This is a solid bluesy rock album from an artist from who, by now, you knew what you were going to get. There are more self-penned songs and less covers and the feeling is one of confident rock music as opposed to soul or country influenced material. Some of that is on here, but overall, it is a rock album. She was by now an artist with well over twenty years' recording experience and it shows in an accomplished, confident album. It does, however, lack some of the vitality of the late seventies/ early eighties material.                                    

Love Sneakin' Up On You is a muscular rock number to open the album, with some good guitar, while Longing In Their Hearts is an appealing, bar-room rocker full of killer riffs and roadhouse vocals. 

You is a Tex-Mex sounding country ballad. Cool, Clear Water is upbeat and lively with a staccato, reggae-style beat. Circle Dance is a typical, slow pace rock ballad with an impressive, moving vocal performance. It features some subtle violin backing and a nice keyboard and organ interplay. 

I Sho Do is a bluesy, growly rocker of the type you would expect from Bonnie Raitt in this period. It is nothing special but it is comfortingly solid if you know what  mean. Good, honest, straightforward fare.

At The Dimming Of The Day is a beautiful, plaintive love song. Feeling Of Falling is another bluesy, slow but powerful rock number with bags of atmosphere. 

Steal Your Heart Away is a keyboard and drums-driven Fleetwood Mac-ish track. Storm Warning is in the same vein, while Hell To Pay is more of a chugging rocker. 

The closer, Shadow Of Doubtharks back to the first couple of albums with its bluesy, acoustic mournful sound. Overall, though, although this is a competent enough album, there are others I return to before this one.

Dig In Deep (2016)

Unintended Consequence Of Love/Need You Tonight/I Knew/All Alone With Something To Say/What You're Doin' To Me/Shakin' Shakin' Shakes/Undone/If You Need Somebody/Gypsy In Me/The Comin' Round Is Going Through/You've Changed My Mind/The Ones We Couldn't Be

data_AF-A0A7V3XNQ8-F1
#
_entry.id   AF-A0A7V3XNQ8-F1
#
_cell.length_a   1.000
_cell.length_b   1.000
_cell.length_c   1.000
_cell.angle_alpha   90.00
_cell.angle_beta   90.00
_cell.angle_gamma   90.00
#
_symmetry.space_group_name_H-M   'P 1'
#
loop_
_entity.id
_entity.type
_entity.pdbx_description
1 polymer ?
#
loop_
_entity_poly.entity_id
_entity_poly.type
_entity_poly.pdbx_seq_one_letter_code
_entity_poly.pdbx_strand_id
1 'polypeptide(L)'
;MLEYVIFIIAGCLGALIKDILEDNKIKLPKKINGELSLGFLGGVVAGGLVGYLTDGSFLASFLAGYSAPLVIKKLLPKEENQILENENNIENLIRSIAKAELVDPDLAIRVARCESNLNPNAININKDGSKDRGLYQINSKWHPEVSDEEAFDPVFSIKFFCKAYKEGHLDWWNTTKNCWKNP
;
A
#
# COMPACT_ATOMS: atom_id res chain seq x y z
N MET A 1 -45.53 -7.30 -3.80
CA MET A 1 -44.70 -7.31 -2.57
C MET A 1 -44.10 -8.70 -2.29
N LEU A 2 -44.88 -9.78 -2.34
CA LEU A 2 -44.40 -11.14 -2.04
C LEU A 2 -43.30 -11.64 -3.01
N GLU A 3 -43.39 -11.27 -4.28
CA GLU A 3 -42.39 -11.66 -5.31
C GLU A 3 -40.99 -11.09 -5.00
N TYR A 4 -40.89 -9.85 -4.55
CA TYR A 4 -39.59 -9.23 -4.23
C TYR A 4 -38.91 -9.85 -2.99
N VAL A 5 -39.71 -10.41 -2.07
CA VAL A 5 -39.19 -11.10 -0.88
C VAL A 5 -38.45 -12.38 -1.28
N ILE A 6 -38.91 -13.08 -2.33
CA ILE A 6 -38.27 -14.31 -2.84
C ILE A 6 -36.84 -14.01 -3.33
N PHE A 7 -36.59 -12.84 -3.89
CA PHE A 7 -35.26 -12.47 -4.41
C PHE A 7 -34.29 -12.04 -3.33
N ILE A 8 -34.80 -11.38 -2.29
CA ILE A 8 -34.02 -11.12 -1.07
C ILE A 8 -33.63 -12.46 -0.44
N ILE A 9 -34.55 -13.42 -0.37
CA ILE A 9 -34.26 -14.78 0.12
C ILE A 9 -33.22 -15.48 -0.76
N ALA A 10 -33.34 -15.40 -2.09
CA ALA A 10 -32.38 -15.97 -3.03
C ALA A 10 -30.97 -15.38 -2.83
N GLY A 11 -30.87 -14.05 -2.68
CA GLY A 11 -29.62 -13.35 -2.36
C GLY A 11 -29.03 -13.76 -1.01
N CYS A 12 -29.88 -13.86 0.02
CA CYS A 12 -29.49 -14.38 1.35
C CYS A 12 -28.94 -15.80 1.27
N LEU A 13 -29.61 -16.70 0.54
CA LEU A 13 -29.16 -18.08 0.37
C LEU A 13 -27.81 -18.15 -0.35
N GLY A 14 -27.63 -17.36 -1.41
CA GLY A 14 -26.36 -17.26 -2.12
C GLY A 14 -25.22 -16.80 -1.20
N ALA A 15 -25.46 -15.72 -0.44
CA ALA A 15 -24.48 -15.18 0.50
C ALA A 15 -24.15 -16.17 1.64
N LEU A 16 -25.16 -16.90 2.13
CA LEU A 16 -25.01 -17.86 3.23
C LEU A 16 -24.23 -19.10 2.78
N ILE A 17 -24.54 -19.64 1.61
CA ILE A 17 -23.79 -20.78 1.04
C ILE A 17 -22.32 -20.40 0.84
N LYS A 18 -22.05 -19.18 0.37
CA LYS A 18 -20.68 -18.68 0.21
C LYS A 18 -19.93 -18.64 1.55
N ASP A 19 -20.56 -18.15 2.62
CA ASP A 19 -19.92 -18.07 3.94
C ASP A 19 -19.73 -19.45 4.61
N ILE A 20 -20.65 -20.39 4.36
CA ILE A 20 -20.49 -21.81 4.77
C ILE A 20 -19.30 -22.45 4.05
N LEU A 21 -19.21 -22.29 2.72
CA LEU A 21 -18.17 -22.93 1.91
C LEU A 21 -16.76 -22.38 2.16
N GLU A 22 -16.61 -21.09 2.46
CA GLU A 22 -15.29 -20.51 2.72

I have a load of Bonnie Raitt albums, but they stop at 1989's Nick Of Time, but I returned for this one in 2016. It is a fine rock album with a full, deep sound and clear proof that Bonnie can still do it, even at 66. Her voice sounds as good as ever, as does her guitar. You know what you're going to get here, so the album certainly doesn't disappoint.                  

Unintended Consequences Of Love is a mid-pace rocking blues burner to start with, with a gritty vocal and deep bass rhythm. It has a great organ solo at the end. 

Need You Tonight is an INXS cover. It doesn't concentrate on that recognisable riff as much as the original does. It is more Stonesy and Bonnie's delivery makes it more sexy, for me, anyway. 

I Knew is an excellent, soulful country rock number. The vocal and guitar are just great on this, particularly the guitar/organ interplay near the end.

All Alone With Something To Say is a slow burning ballad in typical Bonnie Raitt style. Nothing much more can be said about ones like this, they do the business. 

What You're Doin' To Me is an upbeat piece of bluesy bar-room rock. The type Bonnie does with her eyes shut. Shakin' Shakin' Shakes is a Los Lobos cover with a lively, rocking vibe to it. Undone is a nice, slow, romantic ballad.

If You Need Somebody is a chunky, riff-driven mid-pace rocker. Gypsy In Me is also upbeat in that typical, grinding bluesy way. 

The Comin' Round Is Going Through continues in similar style, another full on, guitar-driven rocker. 

The final two tracks, You've Changed My Mind and the beautiful, Jackson Browne-esque Raitt-penned The Ones We Couldn't Be are both immaculately delivered emotive ballads.

The album, as I said at the beginning, is one of consistency and one that met the expectations you may have had of it.